To investigate the underlying mechanism of renoprotective effects of EGCG, cells were randomly divided into 4 groups: (1) untreated group, (2) Ang II group (cells were treated with 1 μM Ang II), (3) Ang II + EGCG A group (cells were first treated with 15 μM EGCG for 6 h, followed by 1 μM Ang II for 24 h), and (4) Ang II + EGCG B group (cells were first treated with 30 μM EGCG for 6 h, followed by 1 μM Ang II for 24 h). In addition, we also explored the role of PD98059 (ERK1/2 inhibitor, Sigma-Aldrich, St Louis, MO, USA) and SB202190 (p38 MAPK inhibitor, Sigma-Aldrich, St Louis, MO, USA) in Ang II mediated renal fibrosis; cells were then divided into five groups: (1) untreated group, (2) Ang II group (cells were treated with 1 μM Ang II), (3) Ang II + PD98059 group (cells were first treated with 10 mM PD98059 for 6 h, followed by 1 μM Ang II for 24 h), (4) Ang II + SB202190 group (cells were first treated with 10 mM SB202190 for 6 h, followed by 1 μM Ang II for 24 h), and (5) Ang II + both groups (cells were first treated with 10 mM SB202190 and 10 mM PD98059 for 6 h, followed by 1 μM Ang II for 24 h Ang II). The doses of Ang II, EGCG, PD98059, and SB202190 were based on the previous researches [23, 24].

2.6. Western Blot Analysis

All protein samples of both kidney tissue and cultured HK-2 cells were centrifuged at 14000 rpm for 10 minutes, and the clear supernatants were collected. Total protein concentrations in the supernatants were determined by the BCA method. Then, the protein was boiled at 98°C for 5 to 10 minutes and stored at −80°C for later analysis.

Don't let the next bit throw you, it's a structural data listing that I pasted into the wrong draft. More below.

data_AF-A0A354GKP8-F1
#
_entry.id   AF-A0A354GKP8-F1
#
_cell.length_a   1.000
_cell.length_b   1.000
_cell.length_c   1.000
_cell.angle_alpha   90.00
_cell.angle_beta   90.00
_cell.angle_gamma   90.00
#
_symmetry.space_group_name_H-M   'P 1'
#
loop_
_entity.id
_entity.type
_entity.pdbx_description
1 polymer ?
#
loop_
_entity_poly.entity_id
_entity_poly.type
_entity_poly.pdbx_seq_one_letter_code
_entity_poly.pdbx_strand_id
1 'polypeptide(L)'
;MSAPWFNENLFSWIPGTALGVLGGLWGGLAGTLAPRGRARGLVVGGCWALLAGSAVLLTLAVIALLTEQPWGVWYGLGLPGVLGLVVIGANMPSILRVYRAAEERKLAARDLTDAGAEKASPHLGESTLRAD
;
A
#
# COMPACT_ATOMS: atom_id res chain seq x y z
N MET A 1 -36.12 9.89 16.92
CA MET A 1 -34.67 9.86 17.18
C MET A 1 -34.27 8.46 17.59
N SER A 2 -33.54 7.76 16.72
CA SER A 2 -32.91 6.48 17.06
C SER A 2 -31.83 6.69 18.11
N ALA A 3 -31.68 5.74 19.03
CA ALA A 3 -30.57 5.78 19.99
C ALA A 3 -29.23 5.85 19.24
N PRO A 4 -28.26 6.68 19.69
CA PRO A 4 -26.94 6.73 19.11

Total of 45 μg protein (per sample) was electrophoresed via 10 or 12% SDS-PAGE and transferred onto nitrocellulose membranes (Bio-Rad, CA, USA). The membranes were then blocked with 5% nonfat milk or 5% BAS (bovine serum albumin) power and blocking buffer (1x Tris buffered saline and 0.1% Tween 20, Ph 7.4) at room temperature for 1 hour and next incubated with rabbit-anti-mouse primary antibodies overnight at 4°C: Ang II type 1 receptor (AT-1R, 1 : 1000), NADPH oxidase 1 (NOX-1, 1 : 1000), NOX-4 (1 : 1000), p22-phox (1 : 1000), p47-phox (1 : 1000), extracellular regulated protein kinases 1/2 (ERK1/2, 1 : 1000), p-ERK1/2 (1 : 1000), p38 MAPK (1 : 1000), p-p38 MAPK (1 : 500), TGF-β1 (1 : 100), α-SMA (1 : 100), and GAPDH (1 : 1000). The next day, after washing with Tris buffered saline for three times for 30 minutes (changed every 10 minutes), the membranes were incubated for 1 hour at room temperature with secondary antibodies (horseradish peroxidase-conjugated anti-rabbit IgG, 1 : 2000). For Western blot, the primary antibodies against AT-1R, p22-phox, p47-phox, TGF-β1, α-SMA, and GAPDH were purchased from Santa Cruz Biotechnology (Santa Cruz, CA, USA); those against p-ERK1/2, ERK1/2, p-p38 MAPK, p38 MAPK, and secondary antibodies were obtained from Cell Signaling Technology, Inc. (Beverly, MA, USA); antibodies against NOX1 and NOX4 were obtained from Abcam Company (Cambridge, MA, USA). Finally, the protein bands were visualized using SuperSignal West Femto Substrate (Pierce, Rockford, IL, USA).